“Deborah agreed to take part in a trial as she was keen to help other cancer patients in the future. "If taking part in a trial means others might be helped then I’m very happy with that."
A study looking at a way of finding very small breast cancers and sentinel lymph nodes (MagSNOLL)
Please note - this trial is no longer recruiting patients. We hope to add results when they are available.
This study is looking at using a magnetic substance to show up very small tumours in the breast and to find lymph nodes under the arm.
If breast cancer is found through breast screening, it may be too small to be felt as a lump. If so, during an ultrasound scan, your doctor can put a fine wire into the area containing the cancer. A surgeon can then use the wire to find the area where the breast cancer is and remove it. But this method does have some drawbacks. The wire can cause discomfort and some people need to have another operation because not all of the cancer is removed.
It is also important to find out if cancer cells have spread to
Finding and removing the sentinel lymph nodes is called a sentinel lymph node biopsy. You have a small amount of mildly radioactive liquid (a tracer) and a blue dye injected into your breast. Your surgeon can see when the dye reaches the sentinel nodes. And they use a small radioactive monitor to see when the tracer reaches them. The surgeon removes about 1 to 3 of these nodes and sends them off to the laboratory to see if they contain cancer cells.
Researchers have developed a device called a magnetometer that can detect a magnetic tracer injected into the breast. They know that it is possible to find sentinel lymph nodes using this system. They now want to find out if it is possible to see both the breast cancer and the sentinel nodes with a single injection of the magnetic tracer. If this is possible, it would avoid the need to use a wire before surgery and avoid using a radioactive substance to find the sentinel lymph nodes.
Who can enter
You cannot enter this study if you
- Are very sensitive to the magnetic tracer or compounds that contain iron
- Cannot have the radioactive tracer
- Have a condition causing you to have too much iron in your body
- Have a pacemaker
This is a feasibility study. To begin with, the study will recruit 10 people with breast cancers that the surgeon can feel during an examination. If the magnetometer successfully shows the breast cancer in all these people, the study will then recruit 40 more people. Some of them will have breast cancer that is too small for the surgeon to feel during an examination.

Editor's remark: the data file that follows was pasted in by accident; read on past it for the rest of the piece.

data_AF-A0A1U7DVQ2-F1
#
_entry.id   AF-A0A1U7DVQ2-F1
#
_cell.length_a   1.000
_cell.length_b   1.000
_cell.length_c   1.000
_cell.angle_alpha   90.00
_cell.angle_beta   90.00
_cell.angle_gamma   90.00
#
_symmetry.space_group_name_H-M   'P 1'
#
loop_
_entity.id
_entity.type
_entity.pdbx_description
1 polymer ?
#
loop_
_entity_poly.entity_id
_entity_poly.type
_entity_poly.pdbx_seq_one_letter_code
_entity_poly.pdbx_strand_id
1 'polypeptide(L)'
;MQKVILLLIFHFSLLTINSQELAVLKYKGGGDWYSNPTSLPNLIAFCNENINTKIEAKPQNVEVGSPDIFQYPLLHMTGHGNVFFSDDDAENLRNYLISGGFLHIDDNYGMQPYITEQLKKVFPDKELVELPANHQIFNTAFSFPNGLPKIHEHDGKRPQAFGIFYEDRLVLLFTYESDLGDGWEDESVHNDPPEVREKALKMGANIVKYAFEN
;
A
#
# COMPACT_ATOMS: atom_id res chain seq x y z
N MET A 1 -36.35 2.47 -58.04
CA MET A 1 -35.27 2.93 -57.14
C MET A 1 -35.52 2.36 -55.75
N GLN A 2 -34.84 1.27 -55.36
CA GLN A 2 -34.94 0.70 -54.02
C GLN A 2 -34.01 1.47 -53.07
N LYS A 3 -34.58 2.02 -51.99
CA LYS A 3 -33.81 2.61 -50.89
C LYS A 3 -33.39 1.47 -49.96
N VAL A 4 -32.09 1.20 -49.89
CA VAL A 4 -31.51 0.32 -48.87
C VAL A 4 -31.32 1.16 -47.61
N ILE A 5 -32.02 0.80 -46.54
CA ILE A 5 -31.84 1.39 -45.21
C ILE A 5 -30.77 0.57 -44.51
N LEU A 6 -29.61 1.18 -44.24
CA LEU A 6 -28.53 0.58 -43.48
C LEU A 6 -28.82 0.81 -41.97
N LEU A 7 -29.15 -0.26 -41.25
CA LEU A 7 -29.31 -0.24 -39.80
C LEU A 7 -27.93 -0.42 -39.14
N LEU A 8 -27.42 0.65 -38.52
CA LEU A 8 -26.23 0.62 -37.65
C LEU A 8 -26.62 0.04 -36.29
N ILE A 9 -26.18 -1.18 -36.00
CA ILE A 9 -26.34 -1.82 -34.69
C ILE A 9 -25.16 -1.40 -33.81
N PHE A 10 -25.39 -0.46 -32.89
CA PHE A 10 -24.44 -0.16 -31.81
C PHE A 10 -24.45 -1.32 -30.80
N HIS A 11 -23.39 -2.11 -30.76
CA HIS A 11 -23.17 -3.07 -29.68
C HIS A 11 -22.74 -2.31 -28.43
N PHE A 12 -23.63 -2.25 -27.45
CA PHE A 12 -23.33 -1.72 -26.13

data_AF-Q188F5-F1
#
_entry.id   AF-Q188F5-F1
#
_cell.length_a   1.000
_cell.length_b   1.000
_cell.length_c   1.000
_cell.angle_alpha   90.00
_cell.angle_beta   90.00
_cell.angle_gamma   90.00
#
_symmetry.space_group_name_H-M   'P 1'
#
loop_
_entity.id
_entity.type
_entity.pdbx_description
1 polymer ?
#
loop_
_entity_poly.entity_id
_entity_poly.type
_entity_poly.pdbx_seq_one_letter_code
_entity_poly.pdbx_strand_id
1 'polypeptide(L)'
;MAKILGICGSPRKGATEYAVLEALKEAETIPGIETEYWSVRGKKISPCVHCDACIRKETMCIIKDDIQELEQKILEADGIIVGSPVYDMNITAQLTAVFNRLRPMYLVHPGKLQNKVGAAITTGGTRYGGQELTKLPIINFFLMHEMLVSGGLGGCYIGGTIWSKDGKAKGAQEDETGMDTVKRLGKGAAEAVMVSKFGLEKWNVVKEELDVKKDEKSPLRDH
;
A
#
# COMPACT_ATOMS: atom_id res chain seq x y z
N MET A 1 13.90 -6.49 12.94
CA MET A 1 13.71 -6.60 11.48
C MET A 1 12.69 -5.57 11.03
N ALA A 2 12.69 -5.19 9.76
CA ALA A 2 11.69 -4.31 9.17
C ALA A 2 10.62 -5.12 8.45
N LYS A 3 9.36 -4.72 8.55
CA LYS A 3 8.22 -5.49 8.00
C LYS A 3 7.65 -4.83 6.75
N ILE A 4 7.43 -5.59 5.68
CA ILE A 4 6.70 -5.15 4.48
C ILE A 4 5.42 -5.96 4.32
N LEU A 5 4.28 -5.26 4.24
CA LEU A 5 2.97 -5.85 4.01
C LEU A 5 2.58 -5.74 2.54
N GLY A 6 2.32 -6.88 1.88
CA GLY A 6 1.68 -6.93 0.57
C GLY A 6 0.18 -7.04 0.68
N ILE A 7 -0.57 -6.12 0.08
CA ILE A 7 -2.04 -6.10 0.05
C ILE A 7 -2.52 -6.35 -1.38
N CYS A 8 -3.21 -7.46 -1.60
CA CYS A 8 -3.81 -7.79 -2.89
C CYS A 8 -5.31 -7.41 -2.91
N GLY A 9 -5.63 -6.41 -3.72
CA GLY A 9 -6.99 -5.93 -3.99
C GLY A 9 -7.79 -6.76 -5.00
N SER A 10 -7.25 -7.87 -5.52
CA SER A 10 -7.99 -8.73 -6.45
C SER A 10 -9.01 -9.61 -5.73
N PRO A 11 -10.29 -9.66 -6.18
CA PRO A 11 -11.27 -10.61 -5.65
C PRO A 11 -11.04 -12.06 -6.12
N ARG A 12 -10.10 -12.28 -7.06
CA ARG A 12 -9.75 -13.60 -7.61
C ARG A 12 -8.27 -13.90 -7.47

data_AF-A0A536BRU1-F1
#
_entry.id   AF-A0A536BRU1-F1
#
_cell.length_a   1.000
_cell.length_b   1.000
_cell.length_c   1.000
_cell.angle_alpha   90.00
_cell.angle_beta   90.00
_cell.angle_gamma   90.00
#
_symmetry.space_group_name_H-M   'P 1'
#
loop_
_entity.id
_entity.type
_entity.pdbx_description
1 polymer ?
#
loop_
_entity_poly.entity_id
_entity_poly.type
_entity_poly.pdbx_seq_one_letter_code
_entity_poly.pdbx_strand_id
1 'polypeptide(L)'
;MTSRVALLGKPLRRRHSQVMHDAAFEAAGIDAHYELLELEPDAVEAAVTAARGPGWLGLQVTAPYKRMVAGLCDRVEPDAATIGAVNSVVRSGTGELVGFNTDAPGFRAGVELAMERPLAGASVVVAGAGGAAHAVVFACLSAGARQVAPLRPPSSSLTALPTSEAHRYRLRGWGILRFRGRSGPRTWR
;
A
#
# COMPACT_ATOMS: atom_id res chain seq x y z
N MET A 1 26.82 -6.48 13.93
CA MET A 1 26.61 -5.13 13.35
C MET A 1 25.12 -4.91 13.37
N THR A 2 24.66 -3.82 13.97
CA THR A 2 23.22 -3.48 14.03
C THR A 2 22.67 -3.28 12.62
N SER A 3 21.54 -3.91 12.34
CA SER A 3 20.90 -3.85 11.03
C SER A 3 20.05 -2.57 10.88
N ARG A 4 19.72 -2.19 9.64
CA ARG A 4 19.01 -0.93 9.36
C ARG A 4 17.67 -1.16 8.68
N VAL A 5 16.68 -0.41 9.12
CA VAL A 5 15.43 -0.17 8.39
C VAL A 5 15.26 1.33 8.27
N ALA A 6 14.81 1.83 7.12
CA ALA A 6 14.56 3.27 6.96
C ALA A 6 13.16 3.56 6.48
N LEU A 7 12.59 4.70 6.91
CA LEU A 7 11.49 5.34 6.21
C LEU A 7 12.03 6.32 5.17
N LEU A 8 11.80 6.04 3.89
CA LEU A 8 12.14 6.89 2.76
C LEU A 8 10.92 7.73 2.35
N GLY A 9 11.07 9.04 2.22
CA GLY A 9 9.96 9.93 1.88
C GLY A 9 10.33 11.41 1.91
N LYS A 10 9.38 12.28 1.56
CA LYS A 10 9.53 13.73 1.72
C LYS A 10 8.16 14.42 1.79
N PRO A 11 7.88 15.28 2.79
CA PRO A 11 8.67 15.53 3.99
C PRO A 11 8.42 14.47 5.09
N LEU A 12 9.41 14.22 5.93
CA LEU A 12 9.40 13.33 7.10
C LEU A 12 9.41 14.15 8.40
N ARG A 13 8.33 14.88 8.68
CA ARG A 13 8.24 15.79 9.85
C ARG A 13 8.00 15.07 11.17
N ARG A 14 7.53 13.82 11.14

Everybody taking part in the study has an injection of the magnetic tracer as well as the radioactive tracer.
Sometime during the 24 hours before your surgery, a doctor who specialises in reading scans (a radiologist) will inject the magnetic tracer into the middle of your breast cancer. They will use an ultrasound scanner to help them do this and you have a mammogram afterwards. You will not have a wire put into your breast before surgery.
A couple of hours before your surgery, you have an injection of the radioactive tracer.
You have your surgery as planned. During the operation, your surgeon will use both the magnetometer and the radioactive monitor to find the sentinel lymph nodes and remove them. They will then continue to use the magnetometer to identify the breast cancer before removing it.
They will send the lymph nodes and the breast cancer to the laboratory to be looked at under the microscope. This is part of standard care.
You see the trial team between 1 and 2 weeks after your surgery and again after a year. They will also ask you to go and see them after 3 months, but this visit is optional.
Side effects of the magnetic tracer can include a rash, itching, dizziness or feeling light headed. But these effects are very rare.
If larger amounts of the magnetic tracer are used near to the skin, it can cause temporary marking of the skin. But this should not be a problem with the small amount of tracer being injected into the breast in this study.
How to join a clinical trial
Please note: In order to join a trial you will need to discuss it with your doctor, unless otherwise specified.
Prof Michael Douek
Experimental Cancer Medicine Centre (ECMC)
Guy's and St Thomas' NHS Foundation Trust
King's College London
NIHR Clinical Research Network: Cancer